Rawabi (Arabic: روابي, meaning "The Hills") is the first Palestinian planned city in the West Bank. Rawabi is to be located near Birzeit and Ramallah. A master plan has been drawn up for the city, which will consist of 10,000 homes in six neighborhoods with a population of 40,000. Construction began in January 2010.
Rawabi is 9 kilometres (5.6 mi) northwest of Ramallah, 3.5 kilometres (2.2 mi) north of Birzeit, 20 kilometres (12 mi) to the north of Jerusalem, 40 km to the east of Tel Aviv, and 25 kilometres (16 mi) south of Nablus. Amman, the capital of Jordan, is 70 kilometres (43 mi) to the east of Rawabi. The construction site stretches over two ridges, 700 meters above sea level. On a clear day, it is possible to see the Mediterranean Sea, 40 kilometres (25 mi) to the west, and the Israeli coastal city of Tel Aviv from the proposed site. Rawabi's municipal boundaries will encompass 6,300,000 square meters of land. Residential and commercial development is based on a population estimate of 40,000. The Palestinian National Authority does not need Israeli approval for construction since the land for Rawabi falls entirely within Area 'A', which is under full Palestinian control.
The development is linked to a $500m affordable mortgage scheme. The Washington Post reports that Rawabi "is specifically designed for upwardly mobile families of a sort that in the United States might gravitate to places such as Reston, VA. The developments are also relying on another American import, the home mortgage, including creation of a Fannie Mae-style institution for the West Bank".
The total cost of the development, mostly funded by the Qatari company LDR and Palestinian multimillionaire Bashar al-Masri, is estimated at US$850 million. The project is expected to generate between 8,000 and 10,000 new jobs in the construction sector. The project involves a public-private partnership between the Bayti Real Estate Investment Company, jointly owned by Qatari Diar Real Estate Investment Company (the Qatar Investment Authority's property investment fund) and Massar International, and the Palestinian National Authority. The Palestinian Authority is responsible for providing off-site infrastructure, while Bayti is tasked with the design and development of the city. The Rawabi economic growth strategy has the aim of creating 3,000 to 5,000 new jobs in "knowledge economy" industries including information technology, pharmaceuticals and health care.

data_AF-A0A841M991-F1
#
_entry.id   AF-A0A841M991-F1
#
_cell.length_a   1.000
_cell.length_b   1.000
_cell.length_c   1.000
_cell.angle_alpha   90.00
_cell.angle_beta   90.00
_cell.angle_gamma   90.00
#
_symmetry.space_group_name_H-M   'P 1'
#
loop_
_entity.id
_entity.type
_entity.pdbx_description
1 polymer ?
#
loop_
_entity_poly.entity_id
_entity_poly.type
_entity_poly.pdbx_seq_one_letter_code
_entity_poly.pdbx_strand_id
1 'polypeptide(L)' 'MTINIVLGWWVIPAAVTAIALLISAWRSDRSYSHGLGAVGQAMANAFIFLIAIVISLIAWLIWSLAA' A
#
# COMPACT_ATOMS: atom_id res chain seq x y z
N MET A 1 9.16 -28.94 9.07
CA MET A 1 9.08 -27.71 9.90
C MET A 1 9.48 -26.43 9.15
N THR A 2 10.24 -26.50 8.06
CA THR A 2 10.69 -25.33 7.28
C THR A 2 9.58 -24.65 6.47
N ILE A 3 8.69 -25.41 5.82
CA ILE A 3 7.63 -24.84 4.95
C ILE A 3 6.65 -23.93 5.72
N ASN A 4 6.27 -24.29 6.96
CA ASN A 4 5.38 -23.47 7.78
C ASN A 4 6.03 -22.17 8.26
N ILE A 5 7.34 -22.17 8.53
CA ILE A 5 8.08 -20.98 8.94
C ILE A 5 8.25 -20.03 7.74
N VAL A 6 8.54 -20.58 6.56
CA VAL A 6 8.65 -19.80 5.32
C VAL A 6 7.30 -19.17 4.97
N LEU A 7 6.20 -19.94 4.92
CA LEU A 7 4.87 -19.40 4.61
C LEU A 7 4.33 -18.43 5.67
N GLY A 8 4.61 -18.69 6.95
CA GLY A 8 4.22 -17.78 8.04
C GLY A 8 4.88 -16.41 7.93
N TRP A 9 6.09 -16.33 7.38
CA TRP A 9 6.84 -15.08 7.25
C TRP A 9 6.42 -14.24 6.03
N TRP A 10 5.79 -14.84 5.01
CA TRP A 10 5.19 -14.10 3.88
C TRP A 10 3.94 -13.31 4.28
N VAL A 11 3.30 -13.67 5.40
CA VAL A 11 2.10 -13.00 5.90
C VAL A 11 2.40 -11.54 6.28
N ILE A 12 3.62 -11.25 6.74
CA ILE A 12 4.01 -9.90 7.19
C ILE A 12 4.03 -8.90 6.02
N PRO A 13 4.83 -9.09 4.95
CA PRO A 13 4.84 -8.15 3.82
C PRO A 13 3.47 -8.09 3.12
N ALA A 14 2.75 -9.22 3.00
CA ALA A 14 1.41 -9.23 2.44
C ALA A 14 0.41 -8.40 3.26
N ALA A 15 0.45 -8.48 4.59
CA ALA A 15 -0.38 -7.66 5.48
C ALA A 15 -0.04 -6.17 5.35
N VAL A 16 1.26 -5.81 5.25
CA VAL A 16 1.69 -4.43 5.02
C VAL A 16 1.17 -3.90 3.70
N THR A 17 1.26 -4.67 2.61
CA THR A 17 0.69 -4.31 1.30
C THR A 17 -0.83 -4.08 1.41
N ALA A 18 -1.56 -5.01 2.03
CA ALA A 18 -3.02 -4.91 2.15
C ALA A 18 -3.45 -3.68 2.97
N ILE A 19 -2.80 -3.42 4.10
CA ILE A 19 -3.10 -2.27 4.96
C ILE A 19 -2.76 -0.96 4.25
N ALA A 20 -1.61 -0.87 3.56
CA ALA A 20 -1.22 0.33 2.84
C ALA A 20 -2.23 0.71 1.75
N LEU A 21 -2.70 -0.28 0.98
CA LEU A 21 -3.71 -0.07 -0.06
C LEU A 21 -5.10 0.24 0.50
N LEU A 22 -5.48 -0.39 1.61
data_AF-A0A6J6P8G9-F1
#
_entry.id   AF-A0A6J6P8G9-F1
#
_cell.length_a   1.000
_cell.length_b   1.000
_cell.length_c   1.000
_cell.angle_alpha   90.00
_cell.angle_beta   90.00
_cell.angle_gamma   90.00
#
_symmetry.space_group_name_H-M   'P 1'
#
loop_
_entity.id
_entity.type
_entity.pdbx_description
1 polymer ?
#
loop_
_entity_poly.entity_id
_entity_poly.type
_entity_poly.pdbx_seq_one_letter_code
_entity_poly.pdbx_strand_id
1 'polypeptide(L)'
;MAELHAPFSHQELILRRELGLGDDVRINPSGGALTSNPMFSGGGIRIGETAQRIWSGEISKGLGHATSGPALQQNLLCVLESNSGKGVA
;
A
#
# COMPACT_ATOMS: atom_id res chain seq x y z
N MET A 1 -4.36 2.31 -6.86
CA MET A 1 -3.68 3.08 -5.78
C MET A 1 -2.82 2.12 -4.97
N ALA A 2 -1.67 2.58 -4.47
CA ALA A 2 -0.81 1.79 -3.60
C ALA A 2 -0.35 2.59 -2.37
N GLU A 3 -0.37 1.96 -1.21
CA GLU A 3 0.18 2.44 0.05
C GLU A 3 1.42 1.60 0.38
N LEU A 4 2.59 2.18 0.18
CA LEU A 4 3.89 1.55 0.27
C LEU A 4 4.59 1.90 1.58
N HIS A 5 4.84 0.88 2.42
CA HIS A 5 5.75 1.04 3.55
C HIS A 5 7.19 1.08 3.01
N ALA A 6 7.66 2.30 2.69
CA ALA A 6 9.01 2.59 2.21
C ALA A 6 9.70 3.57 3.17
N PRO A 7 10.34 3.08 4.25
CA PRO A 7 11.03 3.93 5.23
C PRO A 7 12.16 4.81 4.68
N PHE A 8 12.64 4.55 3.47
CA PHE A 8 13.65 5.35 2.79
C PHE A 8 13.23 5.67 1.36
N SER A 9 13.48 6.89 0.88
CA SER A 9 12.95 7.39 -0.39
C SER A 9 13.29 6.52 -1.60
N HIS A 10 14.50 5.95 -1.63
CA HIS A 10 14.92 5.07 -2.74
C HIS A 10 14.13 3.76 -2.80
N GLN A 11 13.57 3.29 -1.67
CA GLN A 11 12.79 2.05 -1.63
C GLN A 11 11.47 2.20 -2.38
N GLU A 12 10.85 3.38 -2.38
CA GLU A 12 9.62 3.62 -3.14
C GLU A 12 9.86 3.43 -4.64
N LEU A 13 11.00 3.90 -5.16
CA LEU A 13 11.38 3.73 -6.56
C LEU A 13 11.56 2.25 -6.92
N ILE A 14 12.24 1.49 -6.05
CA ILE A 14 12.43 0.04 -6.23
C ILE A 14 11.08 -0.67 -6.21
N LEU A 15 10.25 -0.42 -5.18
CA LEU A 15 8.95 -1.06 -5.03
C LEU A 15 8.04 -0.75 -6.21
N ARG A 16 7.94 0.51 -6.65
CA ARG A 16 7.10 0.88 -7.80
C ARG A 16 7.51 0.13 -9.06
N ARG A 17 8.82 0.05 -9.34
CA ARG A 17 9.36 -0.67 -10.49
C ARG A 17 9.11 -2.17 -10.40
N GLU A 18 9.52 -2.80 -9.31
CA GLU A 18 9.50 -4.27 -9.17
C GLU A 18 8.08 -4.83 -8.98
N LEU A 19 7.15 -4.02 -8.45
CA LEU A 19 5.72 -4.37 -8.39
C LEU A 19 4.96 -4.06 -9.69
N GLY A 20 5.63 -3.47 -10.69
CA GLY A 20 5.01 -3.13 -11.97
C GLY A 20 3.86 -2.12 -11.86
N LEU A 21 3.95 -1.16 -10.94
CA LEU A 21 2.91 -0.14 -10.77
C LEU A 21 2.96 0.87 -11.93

On 15 March 2010, two grant agreements were signed by Bashar Masri, Managing Director of Bayti Real Estate Investment Company and chairman of Massar International, and Leocadia I. Zak, Director of the United States Trade and Development Agency (USTDA), in the presence of US Consul General Daniel Rubinstein. The USTDA grants are funding two feasibility studies. The first study to develop a master plan for Rawabi's ICT infrastructure and services was won by American management consultancy company Decision/Analysis Partners LLC of Fairfax, Virginia. The second study will examine the possibility of building a tertiary waste water treatment facility for Rawabi and surrounding communities. Previously, United States Senator John Kerry visited the construction site on 28 February along with Rubenstein and David Harden, senior advisor to the American special envoy to the Middle East, George J. Mitchell.
The Rawabi master plan and Preliminary Design was developed by a Multi-disciplinary team from AECOM led by Raphael Samach (now with SAMACH+SEO), in cooperation with local experts from Birzeit and An-Najah National Universities and the technical teams of Bayti. It has been approved by the Palestinian Authority and the Palestinian Higher Planning Council.
The residential areas will surround a city centre that includes banks, shops, petrol stations, offices, eight schools, playgrounds, walking trails, two mosques, a church, a hospital, hotel, cinema and numerous other arts venues.
Thousands of saplings are being planted as part of a greening project which involves growing a forest around the city. The Jewish National Fund is donating 3,000 saplings to the project, the announcement of which sparked some internal Israeli and Jewish controversy. Saplings have also been donated by the Palestinian Ministry of Agriculture and by local and international organisations, corporations and individuals.
Only in January 2012 an access road for trucks was approved, shortly before a visit by UN Secretary General Ban Ki-moon. The access road for inhabitants still needs to be approved. It needs to pass through Area 'C' and cross Route 465, used mainly by inhabitants of nearby Israeli settlements Ateret and Halamish and Palestinian inhabitants of Birzeit. At the beginning of 2013 a new stretch of road linking 465 road with Ramalla was approved, intended for Palestinian traffic only.
Land purchase and water supply
Over the course of two years, the developers bought private property from 2,000 families living in Canada, Iraq, Spain, Kuwait, Britain, Portugal and Italy. The source of the city's water supply is not yet clear. One possibility is hooking up to Mekorot, the Israeli water utility, via Ateret.
In 2010, Israeli settlers held demonstrations to protest the project, although they acknowledged that they could not prevent the city's construction. Some settlers said they would establish settlements nearby. Masri has made it a requirement that all contractors working on the project "sign an agreement refusing to use Israeli products originating from the settlements or work in the settlements themselves".
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